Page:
In a recent lecture, author Elizabeth Gilbert discusses the history of the concept of creative genius.
She takes her audience on a trip across several continents and reaches back to antiquity to explain the major shift that took place during the renaissance, when artists were first referred to as geniuses.
Before the modern humanist era, creative genius was not attributed to individual people, but to inspiration from the spirit world: daemons in ancient Greece, muses, genies, and, as is made evident in the etymology of the Spanish word Olé, even Allah.
The Moors of Northern Africa ruled the area of the Iberian peninsula known as Spain for nearly 700 years. Their language was Arabic, and no language other than Latin had a more profound effect on the history and evolution of Spanish. Today, over 4000 Spanish words come directly from Arabic, nearly 8% of the Spanish lexicon. One of those words is Olé.
As Gilbert explains in the lecture, there existed an ancient tradition among many Moors to have great celebrations that included dancing. When a dancer performed at the highest levels of grace and intensity, for that moment, they were believed to be vessels through which Allah was acting, and the moment allowed the witnesses to see a glimpse of Allah’s power through the artist. So, it was customary for the Moors of Northern Africa centuries ago to exclaim Allah! when a dancer was performing in such an inspired and moving way.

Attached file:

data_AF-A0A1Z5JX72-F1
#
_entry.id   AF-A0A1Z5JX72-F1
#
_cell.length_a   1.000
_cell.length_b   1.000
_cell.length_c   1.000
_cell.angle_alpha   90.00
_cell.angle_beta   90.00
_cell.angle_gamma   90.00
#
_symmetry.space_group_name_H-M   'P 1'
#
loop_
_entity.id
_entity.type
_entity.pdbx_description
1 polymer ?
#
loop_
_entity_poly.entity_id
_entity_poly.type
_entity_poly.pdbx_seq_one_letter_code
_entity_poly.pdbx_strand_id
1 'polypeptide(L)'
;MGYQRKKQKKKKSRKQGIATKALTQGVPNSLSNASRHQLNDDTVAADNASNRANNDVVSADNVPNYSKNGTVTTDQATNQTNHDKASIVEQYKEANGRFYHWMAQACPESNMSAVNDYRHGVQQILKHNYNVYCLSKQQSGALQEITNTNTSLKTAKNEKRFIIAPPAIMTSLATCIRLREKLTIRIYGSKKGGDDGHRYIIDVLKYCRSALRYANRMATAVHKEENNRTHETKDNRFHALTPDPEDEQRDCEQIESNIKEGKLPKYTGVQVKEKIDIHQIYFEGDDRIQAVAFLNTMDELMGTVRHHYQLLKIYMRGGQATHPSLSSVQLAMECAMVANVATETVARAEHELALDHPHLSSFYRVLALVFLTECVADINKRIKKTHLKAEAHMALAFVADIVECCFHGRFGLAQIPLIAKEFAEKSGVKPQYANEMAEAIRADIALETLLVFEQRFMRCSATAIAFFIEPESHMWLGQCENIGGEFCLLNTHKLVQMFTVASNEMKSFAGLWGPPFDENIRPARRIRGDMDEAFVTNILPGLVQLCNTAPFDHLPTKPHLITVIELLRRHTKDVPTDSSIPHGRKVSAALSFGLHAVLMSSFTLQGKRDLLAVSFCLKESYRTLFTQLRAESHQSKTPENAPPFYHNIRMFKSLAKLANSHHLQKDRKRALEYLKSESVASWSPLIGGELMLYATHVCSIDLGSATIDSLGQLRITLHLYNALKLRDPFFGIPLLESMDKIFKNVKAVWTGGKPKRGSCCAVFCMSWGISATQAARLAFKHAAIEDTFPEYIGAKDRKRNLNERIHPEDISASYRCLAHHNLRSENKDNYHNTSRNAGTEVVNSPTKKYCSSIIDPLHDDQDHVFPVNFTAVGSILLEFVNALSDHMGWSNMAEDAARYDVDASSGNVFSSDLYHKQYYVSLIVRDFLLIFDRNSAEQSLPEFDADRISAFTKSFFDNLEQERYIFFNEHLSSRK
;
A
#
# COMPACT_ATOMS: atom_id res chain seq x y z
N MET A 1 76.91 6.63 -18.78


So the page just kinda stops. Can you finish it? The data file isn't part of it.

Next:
Hisham Aidi, of the group Islam Awareness, notes that there existed a heated debate over the Moorish influence in Spanish culture for much time, well into the 20th century. While many scholars refused to acknowledge Spain’s Muslim and African past, or saw it as a negative influence if they admitted it at all, a few sought to celebrate that heritage. The poet Manuel Machado proudly declared himself a member of the “Moorish race, a race from the land of the sun,” and the celebrated Spanish writer Federico Garcia Lorca confessed his “feeling for those who are persecuted…the Moors.”
Somewhere along the course of it’s long history in Spain, the word Olé lost it’s connection to Allah, and became a common Spanish exclamation for any situation where human physicality inspires people to cheer, whether it’s a futbol match, a bullfight, or a Flamenco performance. In Flamenco, which shares perhaps the most intimate connection to the word’s origin, Olé is not reserved for marking transcendent moments (though it can), it’s really meant to give the dancer energy and encouragement.
No three letter word could capture as much Spanish history as Olé.